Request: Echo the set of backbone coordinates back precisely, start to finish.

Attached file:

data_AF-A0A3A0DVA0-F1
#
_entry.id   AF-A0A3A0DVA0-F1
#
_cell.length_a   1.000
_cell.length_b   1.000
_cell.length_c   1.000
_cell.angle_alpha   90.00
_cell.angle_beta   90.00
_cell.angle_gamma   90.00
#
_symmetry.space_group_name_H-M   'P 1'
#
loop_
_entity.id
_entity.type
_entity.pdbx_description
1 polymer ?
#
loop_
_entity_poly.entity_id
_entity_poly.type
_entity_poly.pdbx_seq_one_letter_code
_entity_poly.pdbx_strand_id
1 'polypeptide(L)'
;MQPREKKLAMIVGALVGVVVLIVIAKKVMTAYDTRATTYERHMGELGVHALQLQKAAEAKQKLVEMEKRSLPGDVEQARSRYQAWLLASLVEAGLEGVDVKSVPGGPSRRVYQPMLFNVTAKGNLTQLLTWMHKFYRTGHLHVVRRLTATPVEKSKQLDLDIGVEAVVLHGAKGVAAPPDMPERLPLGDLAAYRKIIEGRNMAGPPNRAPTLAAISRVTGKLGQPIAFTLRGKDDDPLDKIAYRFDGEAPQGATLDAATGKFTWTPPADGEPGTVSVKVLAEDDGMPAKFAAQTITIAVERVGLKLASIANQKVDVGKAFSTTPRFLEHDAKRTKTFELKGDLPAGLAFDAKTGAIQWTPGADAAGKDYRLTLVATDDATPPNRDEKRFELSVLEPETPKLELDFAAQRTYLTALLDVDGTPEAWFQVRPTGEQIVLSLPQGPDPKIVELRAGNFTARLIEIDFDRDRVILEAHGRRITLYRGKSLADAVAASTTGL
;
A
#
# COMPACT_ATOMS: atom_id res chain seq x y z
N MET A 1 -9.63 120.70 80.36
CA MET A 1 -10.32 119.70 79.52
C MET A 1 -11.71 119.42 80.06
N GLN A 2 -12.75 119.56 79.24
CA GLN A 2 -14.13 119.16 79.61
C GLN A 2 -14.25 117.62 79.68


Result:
data_AF-A0A3A0DVA0-F1
#
_entry.id   AF-A0A3A0DVA0-F1
#
_cell.length_a   1.000
_cell.length_b   1.000
_cell.length_c   1.000
_cell.angle_alpha   90.00
_cell.angle_beta   90.00
_cell.angle_gamma   90.00
#
_symmetry.space_group_name_H-M   'P 1'
#
loop_
_entity.id
_entity.type
_entity.pdbx_description
1 polymer ?
#
loop_
_entity_poly.entity_id
_entity_poly.type
_entity_poly.pdbx_seq_one_letter_code
_entity_poly.pdbx_strand_id
1 'polypeptide(L)'
;MQPREKKLAMIVGALVGVVVLIVIAKKVMTAYDTRATTYERHMGELGVHALQLQKAAEAKQKLVEMEKRSLPGDVEQARSRYQAWLLASLVEAGLEGVDVKSVPGGPSRRVYQPMLFNVTAKGNLTQLLTWMHKFYRTGHLHVVRRLTATPVEKSKQLDLDIGVEAVVLHGAKGVAAPPDMPERLPLGDLAAYRKIIEGRNMAGPPNRAPTLAAISRVTGKLGQPIAFTLRGKDDDPLDKIAYRFDGEAPQGATLDAATGKFTWTPPADGEPGTVSVKVLAEDDGMPAKFAAQTITIAVERVGLKLASIANQKVDVGKAFSTTPRFLEHDAKRTKTFELKGDLPAGLAFDAKTGAIQWTPGADAAGKDYRLTLVATDDATPPNRDEKRFELSVLEPETPKLELDFAAQRTYLTALLDVDGTPEAWFQVRPTGEQIVLSLPQGPDPKIVELRAGNFTARLIEIDFDRDRVILEAHGRRITLYRGKSLADAVAASTTGL
;
A
#
# COMPACT_ATOMS: atom_id res chain seq x y z
N MET A 1 -9.63 120.70 80.36
CA MET A 1 -10.32 119.70 79.52
C MET A 1 -11.71 119.42 80.06
N GLN A 2 -12.75 119.56 79.24
CA GLN A 2 -14.13 119.16 79.61
C GLN A 2 -14.25 117.62 79.68